Olive oil history

Classical Greece

Classical Greece


In the XVI century B.C., the Phoenicians began to disseminate the cultivation of olive trees among the Greek islands. We must stress that it entailed systematic cultivation methods and not just the exploitation of wild olive trees that had occurred till then. After this period (between 1,400 and 1,200 B.C.), the cultivation of olive trees reached mainland Greece. Around 1,050 B.C., the same Phoenicians took this method to Spain, today the greatest olive oil producer in the world. Navigators and merchants of recognized competence, maintaining constant trade with North Africa, which, in that period, was a producer of olive oil, the Phoenicians certainly formed a bridge between the olive tree plantations in the regions to the south of Carthage, Madauros and Cuicul in Africa and the Bética region in Hispania, giving rise to one of the most important and oldest agricultural traditions in history.

Greece symbol


Due to their legendary, almost divine, power, olive trees marked Greek social life in an enduring manner. One remarkable example is that manifested in the very First Olympic Games, which took place in 776 B.C.. The prize for champions was an olive branch, symbolizing peace and friendship among the competitors.

Cult of beauty


Egyptian and Greek high society ladies readily assimilated the cult of beauty and personal care using different aromatized olive oils for every part of the body. As olive oil does not leave a fat deposit on the skin, the noble ladies used benzoim gum in their armpits, sandalwood on their necks, patchouli on their breasts, even reaching more exciting parts, or, indeed, wherever imagination took them.

Product and money


Another fact that demonstrates the great importance attributed to olive oil was the prizes awarded to winners in the Panathenaic Games, which used to take place every four years in Athens, in honour of the goddess, Palas Athena. In these Games, the winners used to win amphoras full of olive oil, called Panathenaic Amphoras. Certainly this was the first case of product certification in the history of world trade.

However, as interesting as this veritable case of marketing, were the immense quantities of olive oil provided. To give an idea, depending on the sport, the winner could win up to 5 tons. Even better, although the legislation in Athens prevented exportation of olive oil, it granted this power to winners in the Panathenaic Games. Thus, it is easy to imagine how rich these athletes could become.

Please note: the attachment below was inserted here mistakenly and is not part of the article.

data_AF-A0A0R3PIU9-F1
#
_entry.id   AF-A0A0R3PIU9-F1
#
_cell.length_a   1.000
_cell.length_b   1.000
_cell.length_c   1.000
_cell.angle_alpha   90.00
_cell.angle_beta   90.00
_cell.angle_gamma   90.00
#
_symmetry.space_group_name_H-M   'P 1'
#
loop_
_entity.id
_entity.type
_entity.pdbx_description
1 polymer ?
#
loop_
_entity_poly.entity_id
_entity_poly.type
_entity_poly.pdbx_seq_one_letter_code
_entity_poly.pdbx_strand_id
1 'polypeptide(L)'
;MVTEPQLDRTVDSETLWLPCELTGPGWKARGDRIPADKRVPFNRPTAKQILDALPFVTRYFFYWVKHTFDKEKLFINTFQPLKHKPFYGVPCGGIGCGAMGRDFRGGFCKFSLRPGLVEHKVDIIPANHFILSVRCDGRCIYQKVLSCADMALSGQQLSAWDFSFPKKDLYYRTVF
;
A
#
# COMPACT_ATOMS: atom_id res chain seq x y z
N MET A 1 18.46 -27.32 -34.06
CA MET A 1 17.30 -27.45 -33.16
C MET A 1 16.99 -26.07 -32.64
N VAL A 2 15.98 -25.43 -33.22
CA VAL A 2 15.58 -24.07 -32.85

Olive oil


As of the VI century B.C., the cultivation of olive trees spread via the countries along the Mediterranean coast, reaching Tripoli in Tunisia, Sicily, where the incontestable proof is the hundreds of millenary trees, and on to mainland Italy. Olive oil was present in the Greek baths, probably for moments of relaxation and massage. It was present in the practice of sports, such as a balsam, ointment, epidermic tonic, and, for the first time, in Greeces classical period, it was proven to be present in food too. So intense was the use of olive oil that in the periods of low production, the Greeks would import it from what would become todays Marseilles Provence, and from Bética, todays Andalusia, which, for the record, is the largest olive oil producing region in the world.

Greek mythology


At the beginning of time, Zeus, the supreme god among all the Greek deity, set a challenge for Poseidon, the powerful god of the seas and the beautiful Palas Athena, goddess protector of the arts and sciences: he who would give to men the gift of greatest usefulness, would have total control over all the lands of Attica. Poseidon, with great physical vigour, drove his trident into the soil, and a beautiful refreshing lake appeared. Palas Athena, in turn, planted her lance, whereupon a leafy olive tree emerged.

The council of the gods of Olympus placed itself in judgment regarding the two marvellous gifts offered by these two gods to the mortals. On the one hand, there would a refreshing atmosphere, an abundance of fish and the thirst of many men would be satiated. On the other, a tree whose fruits would generate fuel to illuminate the nights for centuries to come, a balsam for lesions, a powerful medicine for various ailments that afflict mankind, a food rich in vitamins and flavours. There was no doubt about the grandeur of the goddesss creation. Due that gesture, Palas Athena became the lady of Attica. In her honour, the most important city of the region received the name, Athens, afert all, humanity had gained one of the most miraculous gifts the divinities could ever provide. Thus, there began legends about man and olive oil.